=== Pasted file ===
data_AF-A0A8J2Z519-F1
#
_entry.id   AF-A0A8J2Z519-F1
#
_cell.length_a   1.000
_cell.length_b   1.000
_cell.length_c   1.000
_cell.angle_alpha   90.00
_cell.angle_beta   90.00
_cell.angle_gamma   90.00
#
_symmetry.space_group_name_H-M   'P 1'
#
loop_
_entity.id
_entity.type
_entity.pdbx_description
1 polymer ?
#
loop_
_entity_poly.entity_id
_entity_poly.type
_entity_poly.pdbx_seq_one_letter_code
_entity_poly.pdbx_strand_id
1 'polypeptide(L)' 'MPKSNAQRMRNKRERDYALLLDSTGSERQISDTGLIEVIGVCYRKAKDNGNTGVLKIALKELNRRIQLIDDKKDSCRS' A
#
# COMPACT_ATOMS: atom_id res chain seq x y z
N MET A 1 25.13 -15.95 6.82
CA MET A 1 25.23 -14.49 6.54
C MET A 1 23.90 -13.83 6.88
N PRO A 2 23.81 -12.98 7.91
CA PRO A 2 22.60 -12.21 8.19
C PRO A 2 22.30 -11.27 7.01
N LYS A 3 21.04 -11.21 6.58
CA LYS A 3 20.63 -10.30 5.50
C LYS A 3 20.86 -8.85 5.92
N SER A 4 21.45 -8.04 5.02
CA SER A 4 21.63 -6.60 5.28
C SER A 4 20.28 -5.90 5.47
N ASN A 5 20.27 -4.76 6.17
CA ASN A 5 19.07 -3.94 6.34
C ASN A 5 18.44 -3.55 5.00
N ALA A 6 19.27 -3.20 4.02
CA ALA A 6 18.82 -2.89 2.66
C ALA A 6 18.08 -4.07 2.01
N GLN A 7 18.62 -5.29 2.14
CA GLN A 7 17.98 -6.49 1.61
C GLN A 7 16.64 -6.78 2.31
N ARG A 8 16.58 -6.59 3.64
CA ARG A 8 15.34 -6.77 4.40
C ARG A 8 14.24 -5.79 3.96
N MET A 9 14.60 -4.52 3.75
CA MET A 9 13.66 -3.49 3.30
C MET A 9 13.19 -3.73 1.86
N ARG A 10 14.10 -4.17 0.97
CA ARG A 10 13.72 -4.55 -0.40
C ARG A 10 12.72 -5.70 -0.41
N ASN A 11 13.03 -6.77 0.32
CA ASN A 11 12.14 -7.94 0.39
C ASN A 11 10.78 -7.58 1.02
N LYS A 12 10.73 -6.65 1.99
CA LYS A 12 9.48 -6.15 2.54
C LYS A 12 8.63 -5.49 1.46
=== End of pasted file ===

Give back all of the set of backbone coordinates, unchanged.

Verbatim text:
data_AF-A0A8J2Z519-F1
#
_entry.id   AF-A0A8J2Z519-F1
#
_cell.length_a   1.000
_cell.length_b   1.000
_cell.length_c   1.000
_cell.angle_alpha   90.00
_cell.angle_beta   90.00
_cell.angle_gamma   90.00
#
_symmetry.space_group_name_H-M   'P 1'
#
loop_
_entity.id
_entity.type
_entity.pdbx_description
1 polymer ?
#
loop_
_entity_poly.entity_id
_entity_poly.type
_entity_poly.pdbx_seq_one_letter_code
_entity_poly.pdbx_strand_id
1 'polypeptide(L)' 'MPKSNAQRMRNKRERDYALLLDSTGSERQISDTGLIEVIGVCYRKAKDNGNTGVLKIALKELNRRIQLIDDKKDSCRS' A
#
# COMPACT_ATOMS: atom_id res chain seq x y z
N MET A 1 25.13 -15.95 6.82
CA MET A 1 25.23 -14.49 6.54
C MET A 1 23.90 -13.83 6.88
N PRO A 2 23.81 -12.98 7.91
CA PRO A 2 22.60 -12.21 8.19
C PRO A 2 22.30 -11.27 7.01
N LYS A 3 21.04 -11.21 6.58
CA LYS A 3 20.63 -10.30 5.50
C LYS A 3 20.86 -8.85 5.92
N SER A 4 21.45 -8.04 5.02
CA SER A 4 21.63 -6.60 5.28
C SER A 4 20.28 -5.90 5.47
N ASN A 5 20.27 -4.76 6.17
CA ASN A 5 19.07 -3.94 6.34
C ASN A 5 18.44 -3.55 5.00
N ALA A 6 19.27 -3.20 4.02
CA ALA A 6 18.82 -2.89 2.66
C ALA A 6 18.08 -4.07 2.01
N GLN A 7 18.62 -5.29 2.14
CA GLN A 7 17.98 -6.49 1.61
C GLN A 7 16.64 -6.78 2.31
N ARG A 8 16.58 -6.59 3.64
CA ARG A 8 15.34 -6.77 4.40
C ARG A 8 14.24 -5.79 3.96
N MET A 9 14.60 -4.52 3.75
CA MET A 9 13.66 -3.49 3.30
C MET A 9 13.19 -3.73 1.86
N ARG A 10 14.10 -4.17 0.97
CA ARG A 10 13.72 -4.55 -0.40
C ARG A 10 12.72 -5.70 -0.41
N ASN A 11 13.03 -6.77 0.32
CA ASN A 11 12.14 -7.94 0.39
C ASN A 11 10.78 -7.58 1.02
N LYS A 12 10.73 -6.65 1.99
CA LYS A 12 9.48 -6.15 2.54
C LYS A 12 8.63 -5.49 1.46